Gregory Hood, American Renaissance, March 15, 2019
Mike Cernovich is controversial among white advocates. During the 2016 campaign, he associated himself with the Alt-Right, but later forcefully repudiated the movement, especially after the disastrous 2017 Unite the Right rally. In fairness, what “Alt-Right” meant in the summer of 2016 and what it meant a year later were not the same. Many journalists pretend not to understand this in order to smear Mr. Cernovich. Still, Mr. Cernovich never hesitates to attack foes in personal terms, and some white advocates think he is a traitor or an enemy.
Yet few would call Mr. Cernovich stupid, and no one would call him marginal. Even his enemies read him. Over the past few years, Mr. Cernovich has proven to be one of the most influential independent journalists in America and one of President Trump’s most perceptive populist critics.
Even after distancing himself from President Trump, Mr. Cernovich kept his direct connection with his audience and regularly reaches thousands of people on Periscope. His influence on social media far exceeds the hundreds of thousands of followers he has on Twitter. Aside from the person who uploaded the full video of the incident, Mr. Cernovich was arguably the person who was most influential in shifting opinions about the Covington Catholic High School students. He relentlessly exposes media double standards and finds footage that discredits liberals.
His new documentary Hoaxed: Everything They Told You Is a Lie shows that Mr. Cernovich is far more than just a provocateur. The film is a compelling, entertaining, professional, and often disturbing examination of the mainstream media. Even a viewer who already despises most journalists will be shocked by Mr. Cernovich’s examples of media mendacity. Many viewers may find they were fooled by “fake news” and “remember” phony quotations.
One of Mr. Cernovich’s most powerful examples is the story of Cassie Jaye, a fellow documentary filmmaker. Miss Jaye is best known for her 2016 documentary The Red Pill, a balanced look at the men’s rights movement. Miss Jaye got positive press for her previous documentaries on abstinence education (Daddy I Do) and homosexual families (The Right to Love: An American Family), both of which were championed by the mainstream. However, with The Red Pill, she faced hostile interviewers, protests, deplatforming, and media accusations of promoting “misogynistic propaganda.”
One television interview was subtitled “Feminist Filmmaker Changes Her Mind About Gender Equality,” and dishonestly claimed Miss Jaye no longer believed in women’s equality. “I don’t know how this smear campaign will have affected my future opportunities,” Miss Jaye tells the camera, looking shell-shocked. The answer is obvious: She has probably lost many opportunities because she didn’t tell a simplistic story. The power of one mainstream media campaign to change, and often destroy, a person’s entire life is truly terrifying.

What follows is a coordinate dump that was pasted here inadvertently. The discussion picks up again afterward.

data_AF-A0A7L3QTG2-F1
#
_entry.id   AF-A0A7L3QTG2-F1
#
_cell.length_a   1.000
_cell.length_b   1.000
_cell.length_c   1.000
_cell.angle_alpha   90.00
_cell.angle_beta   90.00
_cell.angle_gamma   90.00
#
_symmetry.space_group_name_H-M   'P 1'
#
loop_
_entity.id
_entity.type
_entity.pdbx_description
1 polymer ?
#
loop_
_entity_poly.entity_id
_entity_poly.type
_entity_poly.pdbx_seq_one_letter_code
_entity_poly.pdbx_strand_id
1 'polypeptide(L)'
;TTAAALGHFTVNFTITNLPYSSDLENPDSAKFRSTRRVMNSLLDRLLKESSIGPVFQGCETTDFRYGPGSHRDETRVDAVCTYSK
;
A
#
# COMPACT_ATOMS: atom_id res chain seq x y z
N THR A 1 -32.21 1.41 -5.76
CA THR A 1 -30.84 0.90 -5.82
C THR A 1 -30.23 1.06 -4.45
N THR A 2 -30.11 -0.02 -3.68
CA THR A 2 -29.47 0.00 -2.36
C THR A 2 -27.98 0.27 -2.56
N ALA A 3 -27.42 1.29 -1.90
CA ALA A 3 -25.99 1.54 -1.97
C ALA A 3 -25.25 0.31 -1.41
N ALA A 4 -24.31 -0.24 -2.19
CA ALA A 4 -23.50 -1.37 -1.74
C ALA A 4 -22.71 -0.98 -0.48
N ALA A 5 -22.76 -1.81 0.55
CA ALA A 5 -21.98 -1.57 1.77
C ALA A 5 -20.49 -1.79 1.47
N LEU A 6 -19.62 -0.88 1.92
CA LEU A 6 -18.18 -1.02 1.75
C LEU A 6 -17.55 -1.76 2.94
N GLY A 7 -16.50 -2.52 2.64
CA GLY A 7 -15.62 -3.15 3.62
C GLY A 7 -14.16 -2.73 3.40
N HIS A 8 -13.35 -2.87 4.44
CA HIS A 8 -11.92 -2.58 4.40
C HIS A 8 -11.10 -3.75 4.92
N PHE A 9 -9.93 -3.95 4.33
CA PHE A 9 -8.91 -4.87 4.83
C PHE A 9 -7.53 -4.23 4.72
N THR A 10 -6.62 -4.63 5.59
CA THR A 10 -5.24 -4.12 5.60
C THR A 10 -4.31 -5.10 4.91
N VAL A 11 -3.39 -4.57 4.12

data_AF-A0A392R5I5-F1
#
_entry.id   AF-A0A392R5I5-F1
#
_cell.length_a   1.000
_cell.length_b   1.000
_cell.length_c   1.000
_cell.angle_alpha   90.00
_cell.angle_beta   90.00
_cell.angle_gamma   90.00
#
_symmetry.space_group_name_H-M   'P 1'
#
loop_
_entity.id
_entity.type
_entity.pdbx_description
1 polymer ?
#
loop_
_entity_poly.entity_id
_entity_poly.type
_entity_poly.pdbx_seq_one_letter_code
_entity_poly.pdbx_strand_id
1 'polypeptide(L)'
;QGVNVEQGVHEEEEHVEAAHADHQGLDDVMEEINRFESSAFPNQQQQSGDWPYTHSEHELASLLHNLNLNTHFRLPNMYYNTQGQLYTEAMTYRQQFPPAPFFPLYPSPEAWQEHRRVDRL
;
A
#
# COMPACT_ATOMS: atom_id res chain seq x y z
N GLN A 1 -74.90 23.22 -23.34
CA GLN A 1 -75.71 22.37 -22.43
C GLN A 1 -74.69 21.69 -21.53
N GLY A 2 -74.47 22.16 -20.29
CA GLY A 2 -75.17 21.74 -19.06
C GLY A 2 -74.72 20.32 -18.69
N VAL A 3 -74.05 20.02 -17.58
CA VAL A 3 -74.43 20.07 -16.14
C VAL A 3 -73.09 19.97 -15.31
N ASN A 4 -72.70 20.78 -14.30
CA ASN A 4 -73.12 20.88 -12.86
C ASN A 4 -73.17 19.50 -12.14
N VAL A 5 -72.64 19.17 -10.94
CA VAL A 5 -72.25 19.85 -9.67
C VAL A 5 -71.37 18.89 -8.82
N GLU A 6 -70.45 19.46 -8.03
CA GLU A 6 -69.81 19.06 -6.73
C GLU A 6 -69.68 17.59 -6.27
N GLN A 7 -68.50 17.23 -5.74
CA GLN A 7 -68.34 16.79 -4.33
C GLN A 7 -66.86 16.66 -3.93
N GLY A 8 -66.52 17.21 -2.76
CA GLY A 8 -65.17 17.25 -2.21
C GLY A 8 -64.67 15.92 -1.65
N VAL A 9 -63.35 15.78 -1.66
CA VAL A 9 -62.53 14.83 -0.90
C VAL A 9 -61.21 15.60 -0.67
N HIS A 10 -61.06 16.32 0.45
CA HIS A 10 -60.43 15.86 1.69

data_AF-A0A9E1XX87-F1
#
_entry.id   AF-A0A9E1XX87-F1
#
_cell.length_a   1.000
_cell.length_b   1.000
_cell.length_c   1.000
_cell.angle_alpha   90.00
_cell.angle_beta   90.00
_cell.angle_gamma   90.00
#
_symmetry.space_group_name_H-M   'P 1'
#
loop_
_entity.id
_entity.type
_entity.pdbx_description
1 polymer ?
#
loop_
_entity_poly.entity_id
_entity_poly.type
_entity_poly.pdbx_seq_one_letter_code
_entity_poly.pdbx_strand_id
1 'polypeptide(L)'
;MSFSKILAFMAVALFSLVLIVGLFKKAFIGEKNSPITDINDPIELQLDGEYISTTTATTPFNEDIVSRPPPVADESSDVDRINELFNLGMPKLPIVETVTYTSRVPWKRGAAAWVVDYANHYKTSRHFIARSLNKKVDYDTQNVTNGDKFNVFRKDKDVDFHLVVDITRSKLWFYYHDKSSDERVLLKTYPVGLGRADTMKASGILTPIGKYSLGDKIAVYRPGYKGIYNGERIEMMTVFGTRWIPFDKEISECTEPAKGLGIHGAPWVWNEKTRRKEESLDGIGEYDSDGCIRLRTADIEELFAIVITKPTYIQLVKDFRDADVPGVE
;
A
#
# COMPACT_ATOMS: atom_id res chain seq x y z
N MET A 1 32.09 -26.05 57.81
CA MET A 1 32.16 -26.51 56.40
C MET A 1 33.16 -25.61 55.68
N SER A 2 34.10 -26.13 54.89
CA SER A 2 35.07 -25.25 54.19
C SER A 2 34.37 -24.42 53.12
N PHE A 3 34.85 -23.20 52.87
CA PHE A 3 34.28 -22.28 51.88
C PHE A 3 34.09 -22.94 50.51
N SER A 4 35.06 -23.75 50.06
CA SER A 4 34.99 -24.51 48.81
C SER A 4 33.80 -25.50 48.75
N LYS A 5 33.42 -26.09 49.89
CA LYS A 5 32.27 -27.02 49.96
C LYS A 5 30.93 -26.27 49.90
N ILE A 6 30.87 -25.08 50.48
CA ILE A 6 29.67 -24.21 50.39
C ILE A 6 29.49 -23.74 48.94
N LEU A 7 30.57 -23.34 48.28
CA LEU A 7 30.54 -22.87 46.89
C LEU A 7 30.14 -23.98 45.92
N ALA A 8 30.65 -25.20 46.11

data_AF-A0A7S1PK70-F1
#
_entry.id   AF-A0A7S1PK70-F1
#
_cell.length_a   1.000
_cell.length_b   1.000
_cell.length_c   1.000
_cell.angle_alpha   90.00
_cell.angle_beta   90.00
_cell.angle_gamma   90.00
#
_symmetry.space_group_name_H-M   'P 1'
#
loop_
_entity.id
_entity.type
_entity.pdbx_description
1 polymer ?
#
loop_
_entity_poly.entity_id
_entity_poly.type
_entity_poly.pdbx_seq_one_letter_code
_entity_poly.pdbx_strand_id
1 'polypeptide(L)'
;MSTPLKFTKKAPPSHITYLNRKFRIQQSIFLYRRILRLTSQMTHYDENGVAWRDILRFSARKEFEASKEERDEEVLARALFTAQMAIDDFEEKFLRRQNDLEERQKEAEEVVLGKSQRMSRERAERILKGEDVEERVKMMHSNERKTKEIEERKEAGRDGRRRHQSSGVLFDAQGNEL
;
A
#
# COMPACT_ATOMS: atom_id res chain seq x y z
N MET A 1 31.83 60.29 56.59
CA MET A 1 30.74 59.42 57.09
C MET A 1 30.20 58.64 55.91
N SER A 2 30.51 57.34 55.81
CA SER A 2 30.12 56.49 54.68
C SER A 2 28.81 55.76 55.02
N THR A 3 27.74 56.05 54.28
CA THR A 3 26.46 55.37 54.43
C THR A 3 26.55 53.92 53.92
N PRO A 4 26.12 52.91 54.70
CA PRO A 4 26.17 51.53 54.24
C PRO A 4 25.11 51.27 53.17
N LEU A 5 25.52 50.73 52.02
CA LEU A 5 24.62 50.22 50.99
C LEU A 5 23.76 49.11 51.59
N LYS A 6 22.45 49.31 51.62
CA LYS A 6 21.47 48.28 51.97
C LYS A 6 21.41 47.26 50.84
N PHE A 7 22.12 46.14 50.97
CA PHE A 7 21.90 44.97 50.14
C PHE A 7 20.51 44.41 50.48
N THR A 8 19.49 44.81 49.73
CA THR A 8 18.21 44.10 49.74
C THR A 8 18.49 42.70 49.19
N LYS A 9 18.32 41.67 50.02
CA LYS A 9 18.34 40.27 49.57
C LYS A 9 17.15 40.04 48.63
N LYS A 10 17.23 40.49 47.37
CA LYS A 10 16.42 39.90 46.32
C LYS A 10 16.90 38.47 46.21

The film lists the four steps journalists use to destroy their subjects.
- Picking the target
- Stalking the target
- Seducing the target
- Slice and dice
Megyn Kelly’s interview of Alex Jones was typical. In recorded phone conversations before her interview, Miss Kelly tries to win over Mr. Jones, suggesting the interview will humanize him. She says he is “very fascinating to me” and promises that the interview won’t be a “gotcha hit piece.” Of course, the interview was precisely that, with Miss Kelly declaring that Mr. Jones’s “baseless allegations aren’t just offensive, they’re dangerous.” Such “reporting” probably contributed to Mr. Jones’s recent deplatforming from every major social media platform, which may have been Megyn Kelly’s goal.
The most shocking example of journalistic fraud in the film is President Trump’s supposed advocacy of a “Muslim registry.” The policy was suggested by a journalist, and President Trump ignored it during the interview, instead talking about his own policies. Somehow, it was still widely reported that President Trump had called for a Muslim registry. (I thought he had done this, too.)
“They [journalists] have a special power for hearing what you said without you actually saying it,” says University of Texas Professor Alberto Martínez. Sensational claims about “dog whistles,” or secret messages somehow communicated by Republican politicians to racist followers, are a staple of mainstream reporting. Though this is not in the film, white advocates are regularly called Nazis or totalitarians for even the most moderate statements, such as “It’s OK to be white.” The film also quotes Gavin McInnes mocking journalists’ frantic reports about “a backlash” to certain people, when the sole evidence consists of tweets. I was reminded of the current deplatforming campaign against Tucker Carlson.
The film suggests several possible explanations why journalists act this way, some of them contradictory. Specifically, it accuses journalists of covering for Communism. This was undoubtedly true in many cases. One infamous example was Pulitzer Prize winner Walter Duranty, who wrote puff pieces about the Soviet Union and covered up Stalin’s extermination campaign in Ukraine.
However, in the very next segment, Virginia Tech Professor Jim Kuypers says that in the 1950s, the news tended to be “very balanced.” This was two decades after Duranty. Professor Kuypers then says the profession changed only after it was infiltrated by radicals in the 1960s, which led to liberal coverage. This conflicts with the next segment, which is about the media promoting military intervention; ’60s radicals hated the war against the communists in Vietnam.